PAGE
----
I used to think that the opposite of enthusiasm was apathy. I used to think that people who didn’t share my passion for the work just didn’t care. And when people were habitually late for meetings, consistently blew deadlines, and were generally disrespectful to their teammates, I chalked it up to apathy.
I’ve since come to believe that it’s something more unsettling. The opposite of enthusiasm is arrogance.
Only someone blinded by their own egotism could fail to see how disruptive it is when they assume that their needs, their opinions, or their time is more valuable than their colleagues. Only someone who believes they have nothing left to learn is that eager to tune out the group. Only someone desperate to appear cooler than everyone else finds it necessary to put people down.
I totally believe in unconditional love and giving people second chances. But I find arrogance almost intolerable. There’s a reason enthusiasm is a core Freeman value. There’s a reason enthusiasm is embraced by great leaders around the globe. If you lack proper enthusiasm for an assignment, for a career position, or for the group you’re working with, try taking a second, more objective look. If you can’t see what others are so excited about, maybe your next look needs to be a long, hard gaze in the mirror.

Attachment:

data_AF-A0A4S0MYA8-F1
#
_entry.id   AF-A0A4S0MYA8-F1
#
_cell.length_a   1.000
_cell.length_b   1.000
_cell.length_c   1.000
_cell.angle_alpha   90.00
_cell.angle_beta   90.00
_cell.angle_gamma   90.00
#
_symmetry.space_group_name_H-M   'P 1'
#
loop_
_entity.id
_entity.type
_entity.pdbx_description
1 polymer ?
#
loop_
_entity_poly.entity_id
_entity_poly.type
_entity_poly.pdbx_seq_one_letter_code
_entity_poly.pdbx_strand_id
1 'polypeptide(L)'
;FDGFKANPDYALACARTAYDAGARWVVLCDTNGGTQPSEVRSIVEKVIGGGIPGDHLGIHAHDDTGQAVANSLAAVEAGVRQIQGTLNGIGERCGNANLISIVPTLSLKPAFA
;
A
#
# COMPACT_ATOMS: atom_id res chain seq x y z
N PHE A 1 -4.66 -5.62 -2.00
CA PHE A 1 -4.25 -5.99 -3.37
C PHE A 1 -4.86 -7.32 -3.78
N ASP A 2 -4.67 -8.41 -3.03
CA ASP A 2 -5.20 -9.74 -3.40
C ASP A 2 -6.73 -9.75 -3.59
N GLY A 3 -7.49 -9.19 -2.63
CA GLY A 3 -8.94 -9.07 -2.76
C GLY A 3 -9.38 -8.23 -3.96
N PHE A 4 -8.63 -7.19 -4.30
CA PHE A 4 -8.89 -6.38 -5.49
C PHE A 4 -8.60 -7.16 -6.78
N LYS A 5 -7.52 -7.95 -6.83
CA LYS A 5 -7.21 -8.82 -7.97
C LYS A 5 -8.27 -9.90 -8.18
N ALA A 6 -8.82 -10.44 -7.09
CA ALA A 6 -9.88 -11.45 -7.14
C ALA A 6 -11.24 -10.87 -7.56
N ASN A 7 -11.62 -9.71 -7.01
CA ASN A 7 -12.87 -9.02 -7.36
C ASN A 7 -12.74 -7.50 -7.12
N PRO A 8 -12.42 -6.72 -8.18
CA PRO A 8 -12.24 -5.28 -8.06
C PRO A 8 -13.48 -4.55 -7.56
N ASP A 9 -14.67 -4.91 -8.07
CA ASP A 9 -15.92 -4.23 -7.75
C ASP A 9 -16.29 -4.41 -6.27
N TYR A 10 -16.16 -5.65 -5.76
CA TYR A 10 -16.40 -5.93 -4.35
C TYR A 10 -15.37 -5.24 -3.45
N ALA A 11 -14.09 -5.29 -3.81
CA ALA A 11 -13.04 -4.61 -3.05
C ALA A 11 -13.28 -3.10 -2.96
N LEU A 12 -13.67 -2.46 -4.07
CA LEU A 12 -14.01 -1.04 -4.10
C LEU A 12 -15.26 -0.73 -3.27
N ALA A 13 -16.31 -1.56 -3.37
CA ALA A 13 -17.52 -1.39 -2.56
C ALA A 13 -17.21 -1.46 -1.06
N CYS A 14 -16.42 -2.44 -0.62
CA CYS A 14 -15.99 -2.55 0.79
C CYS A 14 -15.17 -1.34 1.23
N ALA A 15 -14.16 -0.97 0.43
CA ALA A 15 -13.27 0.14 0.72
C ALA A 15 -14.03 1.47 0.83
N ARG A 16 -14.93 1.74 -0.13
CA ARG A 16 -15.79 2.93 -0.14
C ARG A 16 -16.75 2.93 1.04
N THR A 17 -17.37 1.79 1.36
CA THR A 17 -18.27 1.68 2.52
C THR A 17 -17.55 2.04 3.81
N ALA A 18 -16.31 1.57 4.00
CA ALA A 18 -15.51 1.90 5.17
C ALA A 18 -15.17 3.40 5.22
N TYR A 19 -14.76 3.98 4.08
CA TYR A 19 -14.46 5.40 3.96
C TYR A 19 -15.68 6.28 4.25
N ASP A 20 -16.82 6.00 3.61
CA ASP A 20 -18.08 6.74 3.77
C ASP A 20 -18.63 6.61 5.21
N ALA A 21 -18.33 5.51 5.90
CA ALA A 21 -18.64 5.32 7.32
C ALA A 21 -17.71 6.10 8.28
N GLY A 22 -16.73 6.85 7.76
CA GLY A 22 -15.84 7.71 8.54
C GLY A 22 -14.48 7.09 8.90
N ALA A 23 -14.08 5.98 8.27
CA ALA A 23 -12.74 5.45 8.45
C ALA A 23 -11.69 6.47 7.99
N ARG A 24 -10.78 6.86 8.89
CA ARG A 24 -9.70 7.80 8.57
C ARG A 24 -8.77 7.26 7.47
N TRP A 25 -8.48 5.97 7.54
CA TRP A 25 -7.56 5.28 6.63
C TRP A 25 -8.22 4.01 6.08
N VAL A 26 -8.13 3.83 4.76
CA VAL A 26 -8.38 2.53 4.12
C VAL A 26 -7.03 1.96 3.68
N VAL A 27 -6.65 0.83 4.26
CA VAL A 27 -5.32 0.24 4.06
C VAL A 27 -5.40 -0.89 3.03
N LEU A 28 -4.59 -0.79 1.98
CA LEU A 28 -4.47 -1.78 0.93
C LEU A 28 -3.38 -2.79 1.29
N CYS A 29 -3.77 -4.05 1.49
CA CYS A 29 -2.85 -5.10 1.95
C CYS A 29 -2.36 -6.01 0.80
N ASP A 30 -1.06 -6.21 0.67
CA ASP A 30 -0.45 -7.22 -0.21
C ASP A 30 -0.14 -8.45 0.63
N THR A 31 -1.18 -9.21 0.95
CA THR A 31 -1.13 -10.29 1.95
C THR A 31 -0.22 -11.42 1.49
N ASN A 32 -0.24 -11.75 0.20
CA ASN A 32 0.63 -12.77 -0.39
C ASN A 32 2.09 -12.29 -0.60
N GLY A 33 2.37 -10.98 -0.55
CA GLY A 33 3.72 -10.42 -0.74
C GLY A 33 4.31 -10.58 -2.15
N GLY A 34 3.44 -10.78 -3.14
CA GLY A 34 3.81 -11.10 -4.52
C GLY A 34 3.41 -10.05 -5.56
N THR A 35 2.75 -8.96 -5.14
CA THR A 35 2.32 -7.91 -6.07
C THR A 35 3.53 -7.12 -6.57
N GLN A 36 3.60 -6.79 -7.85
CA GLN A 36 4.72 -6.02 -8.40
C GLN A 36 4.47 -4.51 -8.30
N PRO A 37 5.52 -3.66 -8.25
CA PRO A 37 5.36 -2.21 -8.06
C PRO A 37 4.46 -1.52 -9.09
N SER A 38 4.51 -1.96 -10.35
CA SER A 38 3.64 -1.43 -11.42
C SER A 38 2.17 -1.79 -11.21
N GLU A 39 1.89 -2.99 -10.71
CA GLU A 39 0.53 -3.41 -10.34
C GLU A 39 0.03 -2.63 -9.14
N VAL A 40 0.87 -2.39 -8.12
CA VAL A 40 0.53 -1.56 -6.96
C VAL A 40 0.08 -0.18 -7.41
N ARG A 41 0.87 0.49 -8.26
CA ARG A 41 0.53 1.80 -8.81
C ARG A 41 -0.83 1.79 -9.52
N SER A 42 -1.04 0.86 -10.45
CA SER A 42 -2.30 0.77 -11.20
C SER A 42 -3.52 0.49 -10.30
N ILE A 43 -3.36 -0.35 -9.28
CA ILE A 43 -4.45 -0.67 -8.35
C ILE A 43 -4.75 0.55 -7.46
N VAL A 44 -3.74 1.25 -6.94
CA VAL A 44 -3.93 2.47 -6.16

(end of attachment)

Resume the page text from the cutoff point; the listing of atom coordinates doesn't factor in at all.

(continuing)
Enthusiastic people are more fun to work with. They instill confidence in others. They make it easier for everyone to do their best work. Arrogant people may seem cool. Their aloofness may pass for confidence. But when they most need it, arrogant people are less likely to find a friend, or get a pass, because they have failed to inspire trust. And that can hurt an entire team.
Arrogance isn’t a personality trait. It’s a choice to behave in a certain way. So is enthusiasm. Choose wisely.